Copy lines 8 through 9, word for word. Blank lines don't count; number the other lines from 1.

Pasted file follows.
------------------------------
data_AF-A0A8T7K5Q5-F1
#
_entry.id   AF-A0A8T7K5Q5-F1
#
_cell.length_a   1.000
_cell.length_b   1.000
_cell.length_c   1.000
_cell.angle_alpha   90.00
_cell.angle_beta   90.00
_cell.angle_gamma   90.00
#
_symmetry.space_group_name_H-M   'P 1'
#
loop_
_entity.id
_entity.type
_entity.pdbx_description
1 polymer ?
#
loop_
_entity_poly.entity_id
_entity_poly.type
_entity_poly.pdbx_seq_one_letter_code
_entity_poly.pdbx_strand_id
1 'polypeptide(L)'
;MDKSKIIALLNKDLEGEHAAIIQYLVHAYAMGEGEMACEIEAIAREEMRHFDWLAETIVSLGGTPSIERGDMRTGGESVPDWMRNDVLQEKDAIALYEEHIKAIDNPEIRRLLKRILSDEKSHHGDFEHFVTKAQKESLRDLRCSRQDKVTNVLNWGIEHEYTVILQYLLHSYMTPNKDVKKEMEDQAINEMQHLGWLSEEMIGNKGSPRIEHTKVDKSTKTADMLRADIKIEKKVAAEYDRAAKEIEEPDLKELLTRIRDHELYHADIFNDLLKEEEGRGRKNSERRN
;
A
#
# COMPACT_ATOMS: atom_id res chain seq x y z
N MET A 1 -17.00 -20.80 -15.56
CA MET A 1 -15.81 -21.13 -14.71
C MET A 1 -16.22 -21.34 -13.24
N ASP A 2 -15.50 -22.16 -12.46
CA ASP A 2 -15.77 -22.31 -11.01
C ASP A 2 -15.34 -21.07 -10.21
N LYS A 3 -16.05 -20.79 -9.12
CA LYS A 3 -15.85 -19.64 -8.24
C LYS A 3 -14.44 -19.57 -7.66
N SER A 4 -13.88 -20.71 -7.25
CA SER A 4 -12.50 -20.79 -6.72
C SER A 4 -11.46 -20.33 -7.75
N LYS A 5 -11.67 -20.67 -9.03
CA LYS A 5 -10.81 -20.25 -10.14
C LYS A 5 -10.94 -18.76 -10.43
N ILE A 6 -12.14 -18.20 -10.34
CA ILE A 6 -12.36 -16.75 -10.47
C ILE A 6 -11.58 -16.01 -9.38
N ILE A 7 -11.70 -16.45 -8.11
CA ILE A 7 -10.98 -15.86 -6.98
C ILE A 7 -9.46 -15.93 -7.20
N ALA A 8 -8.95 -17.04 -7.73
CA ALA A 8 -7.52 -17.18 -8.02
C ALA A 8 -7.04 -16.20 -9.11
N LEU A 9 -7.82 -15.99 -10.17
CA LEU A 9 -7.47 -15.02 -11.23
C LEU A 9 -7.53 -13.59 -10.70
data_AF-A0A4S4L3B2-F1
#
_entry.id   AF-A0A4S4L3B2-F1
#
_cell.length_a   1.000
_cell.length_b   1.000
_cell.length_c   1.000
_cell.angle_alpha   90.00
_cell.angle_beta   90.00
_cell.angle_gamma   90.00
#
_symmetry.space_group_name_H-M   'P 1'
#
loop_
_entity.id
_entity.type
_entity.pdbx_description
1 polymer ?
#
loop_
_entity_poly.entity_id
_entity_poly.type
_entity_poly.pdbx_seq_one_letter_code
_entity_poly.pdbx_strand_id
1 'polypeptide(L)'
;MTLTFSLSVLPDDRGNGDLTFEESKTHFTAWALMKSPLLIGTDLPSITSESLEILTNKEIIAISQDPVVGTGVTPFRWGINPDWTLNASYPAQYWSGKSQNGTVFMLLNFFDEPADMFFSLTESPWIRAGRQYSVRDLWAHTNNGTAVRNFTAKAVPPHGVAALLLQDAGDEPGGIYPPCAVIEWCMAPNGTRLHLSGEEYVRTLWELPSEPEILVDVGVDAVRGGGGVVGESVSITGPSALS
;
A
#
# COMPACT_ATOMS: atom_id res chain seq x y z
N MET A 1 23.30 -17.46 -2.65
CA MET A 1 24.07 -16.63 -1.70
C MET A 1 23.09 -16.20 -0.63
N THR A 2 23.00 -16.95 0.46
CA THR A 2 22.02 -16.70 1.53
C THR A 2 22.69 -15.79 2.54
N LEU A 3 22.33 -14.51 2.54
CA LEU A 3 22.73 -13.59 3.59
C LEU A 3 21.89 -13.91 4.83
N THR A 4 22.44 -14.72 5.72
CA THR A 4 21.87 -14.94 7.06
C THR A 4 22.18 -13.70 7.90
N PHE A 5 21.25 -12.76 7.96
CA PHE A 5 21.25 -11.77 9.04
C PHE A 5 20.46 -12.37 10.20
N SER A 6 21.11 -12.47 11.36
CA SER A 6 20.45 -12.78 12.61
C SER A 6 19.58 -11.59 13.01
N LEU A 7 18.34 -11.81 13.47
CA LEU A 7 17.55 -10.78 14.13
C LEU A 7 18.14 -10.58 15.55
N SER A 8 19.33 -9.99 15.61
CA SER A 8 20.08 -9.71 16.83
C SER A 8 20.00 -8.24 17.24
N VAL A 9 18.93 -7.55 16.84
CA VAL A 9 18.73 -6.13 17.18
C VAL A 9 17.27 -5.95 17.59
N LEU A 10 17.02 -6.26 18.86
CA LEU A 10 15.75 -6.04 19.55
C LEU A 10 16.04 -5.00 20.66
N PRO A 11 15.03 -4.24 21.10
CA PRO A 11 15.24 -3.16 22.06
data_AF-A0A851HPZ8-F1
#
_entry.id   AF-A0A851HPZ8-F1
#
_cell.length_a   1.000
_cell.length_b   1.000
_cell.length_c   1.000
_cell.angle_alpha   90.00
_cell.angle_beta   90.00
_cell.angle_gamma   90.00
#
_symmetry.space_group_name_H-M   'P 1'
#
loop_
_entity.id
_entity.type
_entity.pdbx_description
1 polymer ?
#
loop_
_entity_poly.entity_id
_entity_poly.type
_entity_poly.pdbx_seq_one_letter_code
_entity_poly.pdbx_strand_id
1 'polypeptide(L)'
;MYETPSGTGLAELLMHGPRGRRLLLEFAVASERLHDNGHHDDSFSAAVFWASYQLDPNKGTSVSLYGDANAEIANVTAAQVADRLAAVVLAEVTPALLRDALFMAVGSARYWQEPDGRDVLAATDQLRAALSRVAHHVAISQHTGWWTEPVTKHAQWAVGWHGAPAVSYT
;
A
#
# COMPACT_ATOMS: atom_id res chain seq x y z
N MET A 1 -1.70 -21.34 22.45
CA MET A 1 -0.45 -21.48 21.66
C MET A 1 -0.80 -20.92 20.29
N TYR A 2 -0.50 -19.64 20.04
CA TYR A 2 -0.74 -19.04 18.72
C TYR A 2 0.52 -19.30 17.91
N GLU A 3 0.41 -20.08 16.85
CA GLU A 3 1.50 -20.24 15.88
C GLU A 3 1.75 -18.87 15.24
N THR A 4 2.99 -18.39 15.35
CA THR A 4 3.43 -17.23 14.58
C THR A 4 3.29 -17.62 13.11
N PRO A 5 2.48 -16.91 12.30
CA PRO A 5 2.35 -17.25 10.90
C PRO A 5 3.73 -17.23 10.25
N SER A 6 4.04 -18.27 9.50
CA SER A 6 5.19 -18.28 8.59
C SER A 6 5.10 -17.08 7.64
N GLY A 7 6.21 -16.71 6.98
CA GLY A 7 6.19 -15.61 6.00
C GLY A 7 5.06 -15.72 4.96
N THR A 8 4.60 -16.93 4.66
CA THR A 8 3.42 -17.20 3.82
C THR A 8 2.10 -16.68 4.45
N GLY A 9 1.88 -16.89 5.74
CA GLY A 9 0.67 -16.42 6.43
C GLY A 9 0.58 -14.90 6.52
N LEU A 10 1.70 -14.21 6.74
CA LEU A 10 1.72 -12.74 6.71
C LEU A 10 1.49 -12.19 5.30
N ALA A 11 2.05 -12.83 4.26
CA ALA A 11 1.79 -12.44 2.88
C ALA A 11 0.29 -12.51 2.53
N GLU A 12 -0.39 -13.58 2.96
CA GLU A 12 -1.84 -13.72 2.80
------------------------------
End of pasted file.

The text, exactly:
_cell.angle_alpha   90.00
_cell.angle_beta   90.00